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old pic of Sharifa doing backbend with a fat snake over her headThe Gilded Serpent presents...
The Legend of
Julius Squeezer
by Sharifa

I shall never forget my most gentle of beasts, my 14-foot long python," Julius Squeezer"! Weighing in at 80 lb., Julius was nearly impossible to pick up all at once.

I had to pull him from his cage by placing his bottom half around my body first; then supporting the top half with both arms, I could complete the lift.

Having danced with smaller snakes for several years, I had always dreamed of dancing with Julius. Mr. Squeezer was already eight feet long when I bought him, and even then, his mass and weight challenged my 5'4'' frame! Realizing that it would not be possible to dance a duet with Julius, I fantasized troupe choreography utilizing Julius as the "King of Snakes" in a multiple-person single-snake dance. Three of my dancers in Troupe Tangiers welcomed the challenge. We rehearsed our dance several times. Each of us was in charge of a section of the snake. I got Julius' substantial head, of course, since the other dancers were afraid he might bite them. Julius was relaxed, holding himself perfectly still for each of our rehearsals. We coiled his length, raised and lowered his body and wove him around us at different times. He was such a calm trouper inside the studio!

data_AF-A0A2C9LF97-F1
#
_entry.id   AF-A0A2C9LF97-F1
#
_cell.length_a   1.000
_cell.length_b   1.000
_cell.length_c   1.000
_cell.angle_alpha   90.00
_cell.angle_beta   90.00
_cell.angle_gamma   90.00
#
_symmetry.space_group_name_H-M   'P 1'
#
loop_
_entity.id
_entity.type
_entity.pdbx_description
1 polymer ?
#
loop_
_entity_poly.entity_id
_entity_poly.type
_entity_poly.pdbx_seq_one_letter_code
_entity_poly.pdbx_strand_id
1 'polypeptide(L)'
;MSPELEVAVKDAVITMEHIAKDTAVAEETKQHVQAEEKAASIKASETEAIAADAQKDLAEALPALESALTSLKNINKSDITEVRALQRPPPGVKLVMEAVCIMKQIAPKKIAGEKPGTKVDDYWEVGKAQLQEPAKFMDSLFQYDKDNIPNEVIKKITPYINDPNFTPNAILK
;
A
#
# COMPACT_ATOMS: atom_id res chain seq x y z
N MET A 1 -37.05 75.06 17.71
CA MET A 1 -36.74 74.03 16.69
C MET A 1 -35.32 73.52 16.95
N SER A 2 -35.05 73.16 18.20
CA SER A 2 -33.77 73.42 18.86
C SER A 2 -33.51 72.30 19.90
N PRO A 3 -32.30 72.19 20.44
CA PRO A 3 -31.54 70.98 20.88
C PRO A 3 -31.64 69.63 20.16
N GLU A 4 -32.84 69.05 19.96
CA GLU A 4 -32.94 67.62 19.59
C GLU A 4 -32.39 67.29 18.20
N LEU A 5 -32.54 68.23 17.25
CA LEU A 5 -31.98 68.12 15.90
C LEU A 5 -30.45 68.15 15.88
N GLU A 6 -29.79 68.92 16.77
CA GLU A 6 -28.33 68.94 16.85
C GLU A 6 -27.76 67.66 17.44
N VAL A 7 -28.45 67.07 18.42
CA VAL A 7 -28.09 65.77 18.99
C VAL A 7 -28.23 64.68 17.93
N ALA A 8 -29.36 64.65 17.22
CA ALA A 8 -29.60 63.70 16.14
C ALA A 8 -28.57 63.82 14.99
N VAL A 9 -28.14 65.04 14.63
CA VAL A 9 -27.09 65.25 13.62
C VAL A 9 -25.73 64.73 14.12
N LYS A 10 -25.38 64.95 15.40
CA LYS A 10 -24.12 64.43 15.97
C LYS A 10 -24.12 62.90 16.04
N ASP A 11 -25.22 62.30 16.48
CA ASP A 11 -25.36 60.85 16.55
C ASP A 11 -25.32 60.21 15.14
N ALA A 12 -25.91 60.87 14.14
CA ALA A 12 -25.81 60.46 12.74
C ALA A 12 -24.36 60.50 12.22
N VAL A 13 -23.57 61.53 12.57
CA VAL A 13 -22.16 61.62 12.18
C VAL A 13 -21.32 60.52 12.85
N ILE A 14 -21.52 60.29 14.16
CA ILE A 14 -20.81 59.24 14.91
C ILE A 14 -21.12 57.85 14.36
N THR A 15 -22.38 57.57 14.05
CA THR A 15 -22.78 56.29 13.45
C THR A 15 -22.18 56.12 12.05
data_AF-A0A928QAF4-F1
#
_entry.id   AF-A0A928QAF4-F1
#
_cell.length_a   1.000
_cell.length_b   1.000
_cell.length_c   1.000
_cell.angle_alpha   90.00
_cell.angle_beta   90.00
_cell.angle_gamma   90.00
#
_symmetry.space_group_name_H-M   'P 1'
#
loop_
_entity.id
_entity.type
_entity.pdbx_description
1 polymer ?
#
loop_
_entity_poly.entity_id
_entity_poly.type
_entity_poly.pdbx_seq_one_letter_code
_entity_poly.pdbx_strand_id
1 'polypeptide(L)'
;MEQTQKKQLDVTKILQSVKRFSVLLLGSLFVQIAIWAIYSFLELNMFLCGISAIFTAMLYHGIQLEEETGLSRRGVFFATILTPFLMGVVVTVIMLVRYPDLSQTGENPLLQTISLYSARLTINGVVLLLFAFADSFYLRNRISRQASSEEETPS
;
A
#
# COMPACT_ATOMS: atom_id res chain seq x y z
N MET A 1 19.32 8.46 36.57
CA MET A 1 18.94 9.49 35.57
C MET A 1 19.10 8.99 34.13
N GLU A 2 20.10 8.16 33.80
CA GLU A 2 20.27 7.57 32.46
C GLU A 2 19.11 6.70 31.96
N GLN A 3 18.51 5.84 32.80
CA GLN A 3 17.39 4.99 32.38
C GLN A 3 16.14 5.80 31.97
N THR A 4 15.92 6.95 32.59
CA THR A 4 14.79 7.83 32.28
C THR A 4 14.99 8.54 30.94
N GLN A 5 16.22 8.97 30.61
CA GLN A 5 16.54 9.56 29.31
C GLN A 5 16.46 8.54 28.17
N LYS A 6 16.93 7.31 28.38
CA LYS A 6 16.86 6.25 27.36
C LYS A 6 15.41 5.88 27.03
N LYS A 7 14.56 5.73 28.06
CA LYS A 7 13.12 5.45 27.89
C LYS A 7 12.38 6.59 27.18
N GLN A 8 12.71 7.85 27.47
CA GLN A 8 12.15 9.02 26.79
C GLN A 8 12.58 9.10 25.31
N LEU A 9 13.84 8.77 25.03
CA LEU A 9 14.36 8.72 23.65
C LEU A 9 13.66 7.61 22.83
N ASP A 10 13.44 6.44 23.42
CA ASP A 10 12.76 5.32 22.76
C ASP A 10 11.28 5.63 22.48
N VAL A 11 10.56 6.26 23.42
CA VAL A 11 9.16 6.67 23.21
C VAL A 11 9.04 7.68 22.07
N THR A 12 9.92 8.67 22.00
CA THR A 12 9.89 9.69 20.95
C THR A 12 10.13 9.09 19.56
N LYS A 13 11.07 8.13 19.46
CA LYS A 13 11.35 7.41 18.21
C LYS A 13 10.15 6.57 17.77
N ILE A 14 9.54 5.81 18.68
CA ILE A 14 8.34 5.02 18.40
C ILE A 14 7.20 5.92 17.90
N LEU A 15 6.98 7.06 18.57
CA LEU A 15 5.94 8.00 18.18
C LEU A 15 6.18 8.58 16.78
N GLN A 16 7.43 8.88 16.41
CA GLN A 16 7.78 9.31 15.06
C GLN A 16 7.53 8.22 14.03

Our big snake debut was a memorable and infamous performance at Raks Esterady Middle Eastern Dance Festival. Raks Esterady was an outdoor festival with camel rides, vendors, and continuous dance entertainment. The festival was produced by Troupe Tangiers in the summers of 1984, 1985, 1986, at a lovely, grassy park in sunny Martinez, CA. Perhaps some of you California dancers will remember seeing this spectacle of King Julius, the camels, magicians, and tents.

None of our troupe had thought Julius would react to the crowd or vise versa. Our dance went well the first two minutes before we removed Julius from his rattan trunk. The crowd gave a shocked reaction to such an enormous snake. What could the dancers possible do with him? Did they have control? Would he free himself from their grip?

One could sense the panic of the crowd in a shock wave starting at the stage and radiating to the back rows of spectators, in a serpentine, wave-like pattern.

Julius immediately developed stage fright, stiffening his body like a giant log, about to roll out of our tenuous grasp! The dancers kept moving, staying with their choreography but gripping tighter instinctively to prevent his possible escape. Julius, sensing he couldn't get loose from us, decided to wriggle and writhe himself loose from our ever-tightening grips. We, at this point, managed to contain him with both arms in four bear hugs down his body!

This "graceful" serpentine dance was becoming a battle between women and beast, as he pulled us down to the stage floor along with him. We each let go of our bear hugs and swooped him back up, with renewed determination to finish our unusual dance. Safely back in his trunk he went, hissing loudly for the crowd and us!

What a funny, scary, brave, and exhausting feat our troupe accomplished that day! Our audience was entertained far beyond our expectations! Strangely enough, I could never persuade the ladies to dance with Julius again. This performance goes down in history of Troupe Tangiers as "The Legend of Julius Squeezer!"

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